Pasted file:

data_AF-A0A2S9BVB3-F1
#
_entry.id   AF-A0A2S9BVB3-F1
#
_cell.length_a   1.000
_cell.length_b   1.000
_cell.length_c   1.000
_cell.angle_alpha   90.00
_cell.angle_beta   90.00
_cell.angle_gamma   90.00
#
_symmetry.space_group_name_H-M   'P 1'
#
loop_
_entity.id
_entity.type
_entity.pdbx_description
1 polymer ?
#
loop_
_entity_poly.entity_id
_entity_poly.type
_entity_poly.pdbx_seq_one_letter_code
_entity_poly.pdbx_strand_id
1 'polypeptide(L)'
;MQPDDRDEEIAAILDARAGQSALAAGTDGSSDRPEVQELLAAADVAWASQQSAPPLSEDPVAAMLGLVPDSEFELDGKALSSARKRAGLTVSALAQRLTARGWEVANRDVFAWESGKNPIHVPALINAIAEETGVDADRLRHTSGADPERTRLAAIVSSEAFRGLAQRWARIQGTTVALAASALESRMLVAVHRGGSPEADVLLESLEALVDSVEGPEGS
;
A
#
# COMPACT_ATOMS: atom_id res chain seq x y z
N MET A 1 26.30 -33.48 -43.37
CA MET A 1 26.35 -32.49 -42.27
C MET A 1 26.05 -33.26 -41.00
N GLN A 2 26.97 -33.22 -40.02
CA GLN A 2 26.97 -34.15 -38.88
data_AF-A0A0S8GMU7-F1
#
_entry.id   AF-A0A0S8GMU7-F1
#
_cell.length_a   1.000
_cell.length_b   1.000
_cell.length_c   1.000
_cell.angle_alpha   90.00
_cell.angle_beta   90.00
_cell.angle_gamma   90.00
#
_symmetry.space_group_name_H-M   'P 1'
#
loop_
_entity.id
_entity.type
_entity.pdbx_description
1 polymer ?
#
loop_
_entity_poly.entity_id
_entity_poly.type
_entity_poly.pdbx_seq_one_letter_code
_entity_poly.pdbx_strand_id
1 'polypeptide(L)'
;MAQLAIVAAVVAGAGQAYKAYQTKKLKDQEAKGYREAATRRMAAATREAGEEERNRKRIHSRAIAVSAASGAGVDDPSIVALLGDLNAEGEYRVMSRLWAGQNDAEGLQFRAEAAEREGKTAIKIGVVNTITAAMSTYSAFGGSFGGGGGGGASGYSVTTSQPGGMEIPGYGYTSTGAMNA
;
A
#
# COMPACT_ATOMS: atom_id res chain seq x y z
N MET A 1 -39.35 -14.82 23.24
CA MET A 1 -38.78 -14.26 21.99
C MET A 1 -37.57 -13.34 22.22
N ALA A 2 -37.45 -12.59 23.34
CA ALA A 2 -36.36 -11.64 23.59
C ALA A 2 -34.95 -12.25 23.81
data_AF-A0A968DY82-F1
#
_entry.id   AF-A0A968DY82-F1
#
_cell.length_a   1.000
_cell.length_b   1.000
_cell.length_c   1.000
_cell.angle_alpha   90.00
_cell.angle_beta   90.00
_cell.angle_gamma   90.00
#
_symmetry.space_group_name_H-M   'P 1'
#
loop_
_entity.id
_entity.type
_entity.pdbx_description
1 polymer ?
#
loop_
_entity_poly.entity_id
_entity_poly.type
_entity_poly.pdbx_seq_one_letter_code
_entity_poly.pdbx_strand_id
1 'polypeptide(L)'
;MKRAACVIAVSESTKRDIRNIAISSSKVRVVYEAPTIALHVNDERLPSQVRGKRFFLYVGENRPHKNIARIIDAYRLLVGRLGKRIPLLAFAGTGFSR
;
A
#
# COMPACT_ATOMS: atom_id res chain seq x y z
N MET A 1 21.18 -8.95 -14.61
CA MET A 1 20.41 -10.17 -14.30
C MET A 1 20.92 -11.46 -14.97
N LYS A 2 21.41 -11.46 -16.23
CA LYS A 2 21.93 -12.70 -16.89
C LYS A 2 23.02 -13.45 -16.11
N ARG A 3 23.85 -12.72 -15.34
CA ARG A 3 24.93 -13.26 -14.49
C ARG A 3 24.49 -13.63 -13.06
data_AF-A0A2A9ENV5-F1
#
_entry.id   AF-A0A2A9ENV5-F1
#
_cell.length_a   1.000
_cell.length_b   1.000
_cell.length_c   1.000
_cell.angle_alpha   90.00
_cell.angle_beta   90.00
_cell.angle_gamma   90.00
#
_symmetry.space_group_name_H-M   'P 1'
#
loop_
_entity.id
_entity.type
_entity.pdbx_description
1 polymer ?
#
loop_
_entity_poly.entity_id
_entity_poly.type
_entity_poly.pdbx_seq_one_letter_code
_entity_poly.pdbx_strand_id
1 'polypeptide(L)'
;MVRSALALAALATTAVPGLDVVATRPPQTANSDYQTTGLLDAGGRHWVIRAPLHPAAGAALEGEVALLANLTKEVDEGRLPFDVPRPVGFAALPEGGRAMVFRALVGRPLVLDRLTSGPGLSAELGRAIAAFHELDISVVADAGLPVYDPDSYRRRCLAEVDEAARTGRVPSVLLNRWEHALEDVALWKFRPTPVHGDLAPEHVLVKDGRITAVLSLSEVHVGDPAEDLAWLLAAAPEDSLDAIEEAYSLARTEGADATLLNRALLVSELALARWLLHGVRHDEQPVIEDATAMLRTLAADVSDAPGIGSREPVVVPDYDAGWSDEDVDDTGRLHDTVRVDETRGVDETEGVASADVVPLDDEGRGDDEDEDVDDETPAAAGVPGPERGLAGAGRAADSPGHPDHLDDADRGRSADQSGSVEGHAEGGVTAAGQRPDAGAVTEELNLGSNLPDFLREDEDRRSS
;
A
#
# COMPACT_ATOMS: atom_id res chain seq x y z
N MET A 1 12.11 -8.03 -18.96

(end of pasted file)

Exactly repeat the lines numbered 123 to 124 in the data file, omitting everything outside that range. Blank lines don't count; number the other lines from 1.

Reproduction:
#
loop_